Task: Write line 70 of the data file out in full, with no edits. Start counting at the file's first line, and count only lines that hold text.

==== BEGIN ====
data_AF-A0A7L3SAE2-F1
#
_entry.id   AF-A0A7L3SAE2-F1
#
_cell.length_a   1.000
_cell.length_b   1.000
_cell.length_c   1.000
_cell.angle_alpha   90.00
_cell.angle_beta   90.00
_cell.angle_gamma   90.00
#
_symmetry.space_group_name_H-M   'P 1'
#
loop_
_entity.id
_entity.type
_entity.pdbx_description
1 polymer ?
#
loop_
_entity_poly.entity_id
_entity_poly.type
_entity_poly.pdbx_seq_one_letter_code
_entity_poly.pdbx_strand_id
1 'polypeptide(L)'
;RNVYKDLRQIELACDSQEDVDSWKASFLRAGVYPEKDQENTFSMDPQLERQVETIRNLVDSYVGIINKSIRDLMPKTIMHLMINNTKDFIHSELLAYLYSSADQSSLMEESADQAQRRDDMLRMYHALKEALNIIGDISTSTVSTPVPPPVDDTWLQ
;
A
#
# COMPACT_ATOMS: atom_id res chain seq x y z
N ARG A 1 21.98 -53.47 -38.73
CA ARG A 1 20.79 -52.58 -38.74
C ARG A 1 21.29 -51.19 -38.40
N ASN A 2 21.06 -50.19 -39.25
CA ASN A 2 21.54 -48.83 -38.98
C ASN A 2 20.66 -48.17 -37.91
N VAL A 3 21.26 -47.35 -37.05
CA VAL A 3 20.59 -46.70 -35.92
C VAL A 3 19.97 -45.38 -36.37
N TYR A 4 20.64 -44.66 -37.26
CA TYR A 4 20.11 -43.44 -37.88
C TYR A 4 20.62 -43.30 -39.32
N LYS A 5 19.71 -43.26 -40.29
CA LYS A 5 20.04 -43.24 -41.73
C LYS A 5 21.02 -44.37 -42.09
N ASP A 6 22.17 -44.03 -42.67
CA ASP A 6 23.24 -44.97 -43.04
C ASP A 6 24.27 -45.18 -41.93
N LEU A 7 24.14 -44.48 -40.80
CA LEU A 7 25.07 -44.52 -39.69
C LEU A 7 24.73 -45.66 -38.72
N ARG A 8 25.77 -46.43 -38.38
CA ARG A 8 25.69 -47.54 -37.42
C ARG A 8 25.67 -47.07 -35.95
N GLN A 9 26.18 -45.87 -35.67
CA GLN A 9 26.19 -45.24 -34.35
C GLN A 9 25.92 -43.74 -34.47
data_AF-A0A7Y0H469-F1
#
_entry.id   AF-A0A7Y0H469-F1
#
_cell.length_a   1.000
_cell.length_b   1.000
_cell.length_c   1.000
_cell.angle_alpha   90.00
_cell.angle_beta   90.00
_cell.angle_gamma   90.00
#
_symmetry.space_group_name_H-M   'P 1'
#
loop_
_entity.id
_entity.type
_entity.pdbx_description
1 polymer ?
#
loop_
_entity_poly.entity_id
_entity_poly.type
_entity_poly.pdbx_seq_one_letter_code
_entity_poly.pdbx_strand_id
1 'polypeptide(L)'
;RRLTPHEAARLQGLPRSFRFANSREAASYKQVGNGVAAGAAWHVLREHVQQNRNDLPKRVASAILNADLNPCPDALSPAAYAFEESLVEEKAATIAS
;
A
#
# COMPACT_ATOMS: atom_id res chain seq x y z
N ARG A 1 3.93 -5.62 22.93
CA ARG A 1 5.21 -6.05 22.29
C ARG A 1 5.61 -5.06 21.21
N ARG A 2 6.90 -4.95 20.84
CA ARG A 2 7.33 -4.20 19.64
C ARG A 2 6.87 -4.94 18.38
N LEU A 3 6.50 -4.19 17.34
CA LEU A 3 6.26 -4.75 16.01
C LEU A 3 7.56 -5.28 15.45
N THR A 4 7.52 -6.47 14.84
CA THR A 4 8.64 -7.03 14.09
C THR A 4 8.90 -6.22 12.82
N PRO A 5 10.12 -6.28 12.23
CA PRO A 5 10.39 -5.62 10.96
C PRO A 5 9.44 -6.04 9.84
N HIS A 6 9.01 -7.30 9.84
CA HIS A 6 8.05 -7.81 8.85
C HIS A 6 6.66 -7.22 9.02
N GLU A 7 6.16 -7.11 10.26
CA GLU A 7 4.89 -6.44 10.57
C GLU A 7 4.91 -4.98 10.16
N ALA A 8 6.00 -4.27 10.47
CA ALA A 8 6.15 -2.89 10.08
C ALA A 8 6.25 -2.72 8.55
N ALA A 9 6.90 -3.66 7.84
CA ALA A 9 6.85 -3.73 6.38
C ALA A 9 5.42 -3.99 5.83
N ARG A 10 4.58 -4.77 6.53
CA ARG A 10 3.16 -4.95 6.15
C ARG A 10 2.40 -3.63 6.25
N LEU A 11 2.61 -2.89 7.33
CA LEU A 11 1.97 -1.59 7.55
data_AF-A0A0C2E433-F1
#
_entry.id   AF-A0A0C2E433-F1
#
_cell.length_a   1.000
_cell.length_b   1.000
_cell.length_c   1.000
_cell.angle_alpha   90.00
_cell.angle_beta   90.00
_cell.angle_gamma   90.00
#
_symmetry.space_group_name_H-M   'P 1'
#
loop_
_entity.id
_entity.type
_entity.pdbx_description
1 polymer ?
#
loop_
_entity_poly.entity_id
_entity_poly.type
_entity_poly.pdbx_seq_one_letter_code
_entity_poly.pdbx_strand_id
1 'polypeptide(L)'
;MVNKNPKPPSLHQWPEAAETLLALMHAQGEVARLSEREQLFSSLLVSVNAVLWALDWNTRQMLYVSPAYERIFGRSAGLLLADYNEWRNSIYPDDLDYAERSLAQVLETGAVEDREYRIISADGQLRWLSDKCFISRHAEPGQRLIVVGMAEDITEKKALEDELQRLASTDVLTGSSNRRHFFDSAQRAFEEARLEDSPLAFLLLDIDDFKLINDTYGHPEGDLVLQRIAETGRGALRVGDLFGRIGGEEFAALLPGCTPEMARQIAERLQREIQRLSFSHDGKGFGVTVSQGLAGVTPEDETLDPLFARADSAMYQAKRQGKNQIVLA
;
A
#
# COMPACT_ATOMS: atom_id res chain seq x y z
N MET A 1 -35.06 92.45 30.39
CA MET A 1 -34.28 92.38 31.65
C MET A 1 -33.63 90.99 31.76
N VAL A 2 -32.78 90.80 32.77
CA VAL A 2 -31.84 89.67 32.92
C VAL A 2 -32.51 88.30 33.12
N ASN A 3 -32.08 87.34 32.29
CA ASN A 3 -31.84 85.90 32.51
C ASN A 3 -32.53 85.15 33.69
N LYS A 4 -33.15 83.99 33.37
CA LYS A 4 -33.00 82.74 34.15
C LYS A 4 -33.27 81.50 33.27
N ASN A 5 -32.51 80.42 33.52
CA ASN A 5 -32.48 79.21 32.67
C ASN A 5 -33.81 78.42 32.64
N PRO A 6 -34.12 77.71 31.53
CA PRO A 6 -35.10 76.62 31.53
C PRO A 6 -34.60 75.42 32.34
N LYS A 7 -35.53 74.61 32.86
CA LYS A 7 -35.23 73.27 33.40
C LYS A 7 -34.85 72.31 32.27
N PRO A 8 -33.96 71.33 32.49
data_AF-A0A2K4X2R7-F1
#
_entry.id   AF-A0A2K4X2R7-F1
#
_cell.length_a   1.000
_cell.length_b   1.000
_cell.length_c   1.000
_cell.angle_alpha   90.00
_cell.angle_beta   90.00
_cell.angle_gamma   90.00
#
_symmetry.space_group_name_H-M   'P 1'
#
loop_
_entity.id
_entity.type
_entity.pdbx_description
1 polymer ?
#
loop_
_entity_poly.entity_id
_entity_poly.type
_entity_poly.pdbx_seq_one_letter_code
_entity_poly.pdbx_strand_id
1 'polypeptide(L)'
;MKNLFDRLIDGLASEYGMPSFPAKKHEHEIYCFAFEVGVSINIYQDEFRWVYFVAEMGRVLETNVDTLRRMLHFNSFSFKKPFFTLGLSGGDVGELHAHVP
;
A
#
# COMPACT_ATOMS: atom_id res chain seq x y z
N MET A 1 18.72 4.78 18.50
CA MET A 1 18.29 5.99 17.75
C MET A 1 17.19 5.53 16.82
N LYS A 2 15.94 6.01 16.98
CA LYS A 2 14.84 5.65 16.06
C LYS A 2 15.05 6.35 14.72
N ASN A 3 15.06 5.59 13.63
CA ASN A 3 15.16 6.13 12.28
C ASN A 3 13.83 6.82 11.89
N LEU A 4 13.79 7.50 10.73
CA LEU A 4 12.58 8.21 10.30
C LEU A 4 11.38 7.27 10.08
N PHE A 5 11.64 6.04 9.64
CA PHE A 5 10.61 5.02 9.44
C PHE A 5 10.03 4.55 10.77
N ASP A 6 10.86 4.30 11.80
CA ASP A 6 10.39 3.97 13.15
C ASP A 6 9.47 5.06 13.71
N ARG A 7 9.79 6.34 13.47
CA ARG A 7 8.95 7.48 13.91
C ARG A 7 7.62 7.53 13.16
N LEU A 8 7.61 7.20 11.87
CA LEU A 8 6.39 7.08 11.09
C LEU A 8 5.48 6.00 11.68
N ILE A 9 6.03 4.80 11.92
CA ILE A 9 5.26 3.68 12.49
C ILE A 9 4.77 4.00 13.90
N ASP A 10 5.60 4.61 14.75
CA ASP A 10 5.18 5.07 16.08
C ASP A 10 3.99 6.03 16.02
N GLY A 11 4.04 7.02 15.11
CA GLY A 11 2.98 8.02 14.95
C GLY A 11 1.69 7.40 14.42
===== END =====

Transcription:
#